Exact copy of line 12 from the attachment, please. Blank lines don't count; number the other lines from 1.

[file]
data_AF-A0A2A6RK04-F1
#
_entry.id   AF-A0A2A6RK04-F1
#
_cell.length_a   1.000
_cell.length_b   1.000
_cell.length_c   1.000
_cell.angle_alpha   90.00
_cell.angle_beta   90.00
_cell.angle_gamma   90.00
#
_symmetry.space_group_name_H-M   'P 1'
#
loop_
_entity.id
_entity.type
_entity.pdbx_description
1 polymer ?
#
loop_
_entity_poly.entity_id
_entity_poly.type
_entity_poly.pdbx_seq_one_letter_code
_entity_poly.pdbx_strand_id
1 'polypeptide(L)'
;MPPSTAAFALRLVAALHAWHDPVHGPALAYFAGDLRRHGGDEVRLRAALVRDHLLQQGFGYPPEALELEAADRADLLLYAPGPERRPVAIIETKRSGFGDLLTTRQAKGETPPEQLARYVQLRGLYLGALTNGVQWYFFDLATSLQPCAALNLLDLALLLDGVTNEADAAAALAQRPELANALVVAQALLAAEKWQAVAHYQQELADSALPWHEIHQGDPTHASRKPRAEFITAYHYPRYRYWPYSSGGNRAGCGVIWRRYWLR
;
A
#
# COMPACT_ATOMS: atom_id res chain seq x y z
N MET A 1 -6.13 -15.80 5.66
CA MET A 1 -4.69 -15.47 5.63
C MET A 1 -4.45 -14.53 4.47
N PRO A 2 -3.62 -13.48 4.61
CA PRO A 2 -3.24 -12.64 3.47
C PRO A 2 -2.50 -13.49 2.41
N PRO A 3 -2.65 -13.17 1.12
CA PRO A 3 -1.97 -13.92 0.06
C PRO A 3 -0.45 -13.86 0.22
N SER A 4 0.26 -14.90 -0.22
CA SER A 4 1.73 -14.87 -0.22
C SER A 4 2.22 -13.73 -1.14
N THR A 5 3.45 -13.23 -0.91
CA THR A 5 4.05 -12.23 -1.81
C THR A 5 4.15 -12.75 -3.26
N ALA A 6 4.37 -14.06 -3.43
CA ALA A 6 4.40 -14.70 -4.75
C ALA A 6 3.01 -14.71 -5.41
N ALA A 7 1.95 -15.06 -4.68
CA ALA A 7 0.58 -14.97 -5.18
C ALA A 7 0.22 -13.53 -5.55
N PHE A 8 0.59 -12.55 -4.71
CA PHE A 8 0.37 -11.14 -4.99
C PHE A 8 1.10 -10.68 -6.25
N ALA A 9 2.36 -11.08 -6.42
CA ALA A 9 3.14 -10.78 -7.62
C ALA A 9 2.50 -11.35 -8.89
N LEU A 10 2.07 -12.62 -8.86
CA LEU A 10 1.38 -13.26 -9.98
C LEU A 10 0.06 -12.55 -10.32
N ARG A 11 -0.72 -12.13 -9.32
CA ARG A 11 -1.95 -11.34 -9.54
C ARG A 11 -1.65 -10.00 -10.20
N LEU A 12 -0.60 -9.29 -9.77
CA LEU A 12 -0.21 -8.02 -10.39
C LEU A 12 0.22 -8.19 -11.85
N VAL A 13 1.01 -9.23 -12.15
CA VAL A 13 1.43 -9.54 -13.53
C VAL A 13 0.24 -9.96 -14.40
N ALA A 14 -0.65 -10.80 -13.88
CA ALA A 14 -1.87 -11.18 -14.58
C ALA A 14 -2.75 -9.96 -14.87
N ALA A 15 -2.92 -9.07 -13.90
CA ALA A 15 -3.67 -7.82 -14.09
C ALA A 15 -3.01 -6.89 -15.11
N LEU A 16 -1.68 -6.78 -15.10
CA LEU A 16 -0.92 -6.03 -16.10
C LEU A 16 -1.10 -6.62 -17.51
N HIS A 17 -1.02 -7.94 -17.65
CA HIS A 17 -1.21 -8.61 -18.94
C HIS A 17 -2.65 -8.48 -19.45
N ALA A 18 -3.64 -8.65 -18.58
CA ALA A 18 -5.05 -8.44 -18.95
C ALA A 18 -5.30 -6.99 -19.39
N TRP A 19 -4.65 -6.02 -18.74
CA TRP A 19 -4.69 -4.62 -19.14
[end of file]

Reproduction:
_symmetry.space_group_name_H-M   'P 1'